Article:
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ESPN’s Future; ESPN Radio; NBA’s History: Media Mailbag

Another great week of questions for the OutKick Media Mailbag. Thanks to all the readers who sent in.

Here we go:

“Mailbag Question: Jim Cramer suggested ESPN may be ‘spun off’ or sold. Do you think this is likely and if so, what are some possible buyers? AT&T and Verizon are two names that come to mind.”

Like many, this was the first time I heard this mentioned. I think it’s much more likely FOX (excluding Fox News Media) and CBS are purchased by Apple or Amazon.

In August, Apple became the first U.S. company to reach a $2 trillion market cap. Amazon is around $1.7 trillion. FOX and CBS sit at $21 billion and $16.5 billion, respectively.

Cramer is right on ESPN in many ways. ESPN is not integral to sports anymore, the pandemic crushed it, layoffs are expected soon, and it’s expensive to run.

However, Cramer overlooked how much ESPN fits the new direction Disney is taking. Media sources agree that ESPN’s focus moving forward is ESPN+. With its three OTT services, ESPN+, Disney+ and Hulu, Disney is positioned for a long, industry-changing run.

Over the next three years, expect to see more and more content on ESPN+, including live games, bumper programming, niche content, and highlights of ESPN.com.

I’ve been critical of ESPN and its future. But I’m referring to its daily TV and radio programming. Both of which are in trouble.

ESPN has done a poor job of building out its bench, relies too much on Stephen A. Smith, and has no one under 40 who moves ratings. There will not be another PTI or Stephen A. on TV, and a new Mike & Mike is not coming to radio. For individual talents at ESPN, the network peaked years ago.

As a company, the ESPN brand is fine. Live sports project to be an even bigger part of ESPN’s library. In a few years, ESPN/ABC could add the SEC game of the week, a Super Bowl, and the NHL.

As for ESPN+, the UFC and Disney+/Hulu bundle have elevated the service to 8.5 million paid subscribers as of June 27.

All in all, ESPN’s future is positive for sports leagues, studio hosts, in-game reporters, and play-by-play commentators. It’s negative for day-to-day personalities.

“ESPN Radio dominates the local sports radio affiliate market. But considering their shows have changed drastically since 2015, including being more woke and liberal, if you were a Program Director or GM of your local ESPN Radio would you consider a programming change to Fox Sports or CBS Sports programs?

“The ESPN Radio national shows have dropped off massively.”

The first reaction to a poor national lineup isn’t to switch to a competing radio network. Instead, stations go local in more time slots. This occurred when Dan Le Batard took over for Colin Cowherd and when Bomani Jones moved to the p.m. drive slot. Affiliates respond to low ratings by airing more local content.

There’s no question ESPN’s national radio lineup has gotten weaker. The current lineup is bad. Mike Greenberg’s show is great, but one show doesn’t cover up a day’s worth of off-putting content.

The morning show is a dud. Jay Williams doesn’t fit. Keyshawn Johnson and Zubin Mehenti don’t click. The Le Batard Show is a disaster on terrestrial radio. Max Kellerman is strong but political. Chiney and Golic Jr. gets political and doesn’t focus enough on football games, which drive sports-talk radio. Lastly, Jason Fitz has helped the evening show, but Sarah Spain’s radio struggles continue.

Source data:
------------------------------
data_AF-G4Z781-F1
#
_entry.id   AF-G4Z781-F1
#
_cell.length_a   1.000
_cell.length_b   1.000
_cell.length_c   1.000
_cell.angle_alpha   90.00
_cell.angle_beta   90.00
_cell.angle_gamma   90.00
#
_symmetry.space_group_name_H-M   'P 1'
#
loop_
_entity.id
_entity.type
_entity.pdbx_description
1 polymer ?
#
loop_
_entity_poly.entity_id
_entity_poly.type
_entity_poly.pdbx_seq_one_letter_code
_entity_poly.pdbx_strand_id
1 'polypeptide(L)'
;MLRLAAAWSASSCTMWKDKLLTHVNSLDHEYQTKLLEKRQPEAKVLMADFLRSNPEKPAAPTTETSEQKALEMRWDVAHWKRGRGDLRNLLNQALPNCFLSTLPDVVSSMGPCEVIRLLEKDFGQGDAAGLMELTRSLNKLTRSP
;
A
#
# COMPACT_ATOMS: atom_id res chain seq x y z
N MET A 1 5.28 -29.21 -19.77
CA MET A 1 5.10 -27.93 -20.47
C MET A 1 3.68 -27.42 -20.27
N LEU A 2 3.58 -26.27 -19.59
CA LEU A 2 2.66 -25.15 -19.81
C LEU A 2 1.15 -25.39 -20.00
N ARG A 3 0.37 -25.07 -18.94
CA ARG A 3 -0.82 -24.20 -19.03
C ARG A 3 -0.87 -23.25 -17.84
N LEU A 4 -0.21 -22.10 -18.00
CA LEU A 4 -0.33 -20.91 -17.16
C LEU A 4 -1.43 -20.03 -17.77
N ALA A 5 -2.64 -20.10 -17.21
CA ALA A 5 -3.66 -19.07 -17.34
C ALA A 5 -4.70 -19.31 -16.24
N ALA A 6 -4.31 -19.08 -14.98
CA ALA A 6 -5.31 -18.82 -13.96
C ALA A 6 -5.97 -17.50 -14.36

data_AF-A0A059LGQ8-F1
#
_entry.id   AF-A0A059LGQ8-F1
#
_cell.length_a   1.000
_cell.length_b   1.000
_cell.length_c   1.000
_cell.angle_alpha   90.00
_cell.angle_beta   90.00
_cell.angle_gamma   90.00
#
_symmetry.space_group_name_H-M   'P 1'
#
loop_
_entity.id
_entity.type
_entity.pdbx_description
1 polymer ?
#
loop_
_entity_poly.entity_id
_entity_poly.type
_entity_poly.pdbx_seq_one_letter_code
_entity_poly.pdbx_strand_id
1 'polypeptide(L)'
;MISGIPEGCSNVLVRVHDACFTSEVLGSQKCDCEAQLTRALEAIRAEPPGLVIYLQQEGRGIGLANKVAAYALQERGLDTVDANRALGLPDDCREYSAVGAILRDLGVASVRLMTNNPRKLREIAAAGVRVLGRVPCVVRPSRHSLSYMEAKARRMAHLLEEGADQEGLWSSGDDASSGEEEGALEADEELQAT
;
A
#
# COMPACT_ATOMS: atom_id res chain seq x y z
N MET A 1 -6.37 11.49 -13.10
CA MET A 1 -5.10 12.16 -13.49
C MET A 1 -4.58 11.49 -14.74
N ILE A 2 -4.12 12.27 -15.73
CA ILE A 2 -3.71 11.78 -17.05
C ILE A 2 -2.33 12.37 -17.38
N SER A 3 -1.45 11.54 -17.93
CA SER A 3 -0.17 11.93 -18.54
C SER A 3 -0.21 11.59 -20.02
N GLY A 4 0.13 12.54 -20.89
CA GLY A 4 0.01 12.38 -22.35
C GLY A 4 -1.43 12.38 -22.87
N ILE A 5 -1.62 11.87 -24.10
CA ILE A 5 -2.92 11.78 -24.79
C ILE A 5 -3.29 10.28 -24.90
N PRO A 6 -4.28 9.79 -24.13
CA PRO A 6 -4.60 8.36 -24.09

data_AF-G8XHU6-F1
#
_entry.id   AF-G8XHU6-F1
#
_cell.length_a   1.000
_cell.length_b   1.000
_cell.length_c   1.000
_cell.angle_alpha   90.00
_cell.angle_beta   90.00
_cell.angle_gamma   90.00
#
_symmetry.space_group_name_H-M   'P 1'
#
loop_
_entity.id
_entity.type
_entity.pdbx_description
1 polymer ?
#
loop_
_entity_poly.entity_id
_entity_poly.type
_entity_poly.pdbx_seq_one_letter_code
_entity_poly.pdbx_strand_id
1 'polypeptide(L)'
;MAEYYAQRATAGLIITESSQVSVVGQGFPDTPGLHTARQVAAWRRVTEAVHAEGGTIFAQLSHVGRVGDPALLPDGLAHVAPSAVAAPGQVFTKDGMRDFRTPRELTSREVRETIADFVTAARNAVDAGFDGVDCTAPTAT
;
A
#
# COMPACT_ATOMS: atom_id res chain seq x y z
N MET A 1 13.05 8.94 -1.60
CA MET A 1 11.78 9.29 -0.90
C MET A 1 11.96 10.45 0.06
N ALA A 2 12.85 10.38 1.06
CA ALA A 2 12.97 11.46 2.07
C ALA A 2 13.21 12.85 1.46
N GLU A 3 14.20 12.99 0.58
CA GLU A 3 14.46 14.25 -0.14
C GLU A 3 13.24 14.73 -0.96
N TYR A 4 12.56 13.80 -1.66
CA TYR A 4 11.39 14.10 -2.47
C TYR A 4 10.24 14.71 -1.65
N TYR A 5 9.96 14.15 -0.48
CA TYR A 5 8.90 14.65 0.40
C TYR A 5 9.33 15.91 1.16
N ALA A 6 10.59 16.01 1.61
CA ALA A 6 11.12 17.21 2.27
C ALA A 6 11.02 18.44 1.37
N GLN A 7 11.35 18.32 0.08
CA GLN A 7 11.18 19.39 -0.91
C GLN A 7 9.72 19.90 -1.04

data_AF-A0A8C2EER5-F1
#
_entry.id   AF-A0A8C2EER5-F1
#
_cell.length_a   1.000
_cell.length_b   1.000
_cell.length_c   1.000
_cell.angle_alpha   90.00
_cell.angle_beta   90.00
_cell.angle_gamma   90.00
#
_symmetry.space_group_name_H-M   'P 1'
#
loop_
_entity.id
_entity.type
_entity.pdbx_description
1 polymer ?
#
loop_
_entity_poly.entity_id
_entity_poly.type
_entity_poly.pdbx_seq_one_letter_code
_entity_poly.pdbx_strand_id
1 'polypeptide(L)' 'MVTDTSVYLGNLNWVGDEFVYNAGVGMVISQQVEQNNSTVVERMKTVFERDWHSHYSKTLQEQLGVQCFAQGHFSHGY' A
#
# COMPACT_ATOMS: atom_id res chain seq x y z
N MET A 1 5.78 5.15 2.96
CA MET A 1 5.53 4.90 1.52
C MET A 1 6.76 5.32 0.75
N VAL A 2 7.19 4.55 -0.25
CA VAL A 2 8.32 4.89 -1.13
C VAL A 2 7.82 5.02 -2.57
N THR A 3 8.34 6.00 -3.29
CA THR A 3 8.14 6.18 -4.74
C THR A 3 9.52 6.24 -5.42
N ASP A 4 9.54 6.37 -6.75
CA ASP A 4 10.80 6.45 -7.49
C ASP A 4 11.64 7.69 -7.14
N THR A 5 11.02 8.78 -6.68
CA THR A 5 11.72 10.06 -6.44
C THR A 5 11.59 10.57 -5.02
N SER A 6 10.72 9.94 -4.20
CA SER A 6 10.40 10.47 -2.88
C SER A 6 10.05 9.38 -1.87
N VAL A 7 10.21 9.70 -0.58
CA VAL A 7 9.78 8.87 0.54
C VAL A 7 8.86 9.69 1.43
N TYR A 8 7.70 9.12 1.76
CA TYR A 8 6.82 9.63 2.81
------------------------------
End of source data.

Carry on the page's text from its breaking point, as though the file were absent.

Radio listeners prefer local shows anyway. Why wouldn’t they? If you are driving around in Pittsburgh, three hours of Steelers talk is more appealing than an hour of LeBron vs. Jordan.

That said, there are national shows that work in big markets. Such as Kellerman in Los Angeles, where he previously hosted p.m. drive.

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Yes, ESPN Radio has opened the door for Fox Sports Radio to move into more vehicles. CBS Sports Radio’s national shows do not draw a lot interest, although Jim Rome still has a passionate base.

“Will we ever see an NBA game get higher viewers than Game 6 of the 1998 NBA Finals?”

Very unlikely another NBA Finals game reaches 36 million viewers. Very.

To show how far the NBA has fallen since going Rachel Maddow, Game 7 in 2016 drew 31 million. That’s just four years ago. No game this season even reached nine million.

Four years ago, I would have said it had a 30% chance of happening. Today, I give it 3%.

The NBA is in a world of trouble. LeBron-led Finals games are now losing to LCS baseball games. Game 1 of the World Series tanked and still crushed the NBA Finals.

Remember, the 1998 Finals series averaged 29 million. It’s up in the air if another Finals can get back above 20 million.

1998 has nothing to worry about.

Follow Bobby Burack on Twitter at @burackbobby_.

Disclosure: OutKick founder Clay Travis is an on-air personality at Fox Sports Radio.

Written by Bobby Burack

Bobby Burack covers media, politics, and sports at OutKick.

3 Comments

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  1. Concerning the local radio listener I prefer good national shows and hosts such as Chris Russo or Clay over the non-stop often repeated Steeler discussion locally. There seem to be fewer and fewer good national hosts on over the air radio. I wish I could go back to the days of Tony Kornheiser, Steve Czaban and Mike and Mike.

  2. ESPN talent level is a dumpster fire. SVP, Wilbon, aging Kornheiser, aging Woody, Shefter, Cosell-copycat S.A. Smith if you can take the rants, and talented & whiny metro Greeny. That’s it folks. It’s over.

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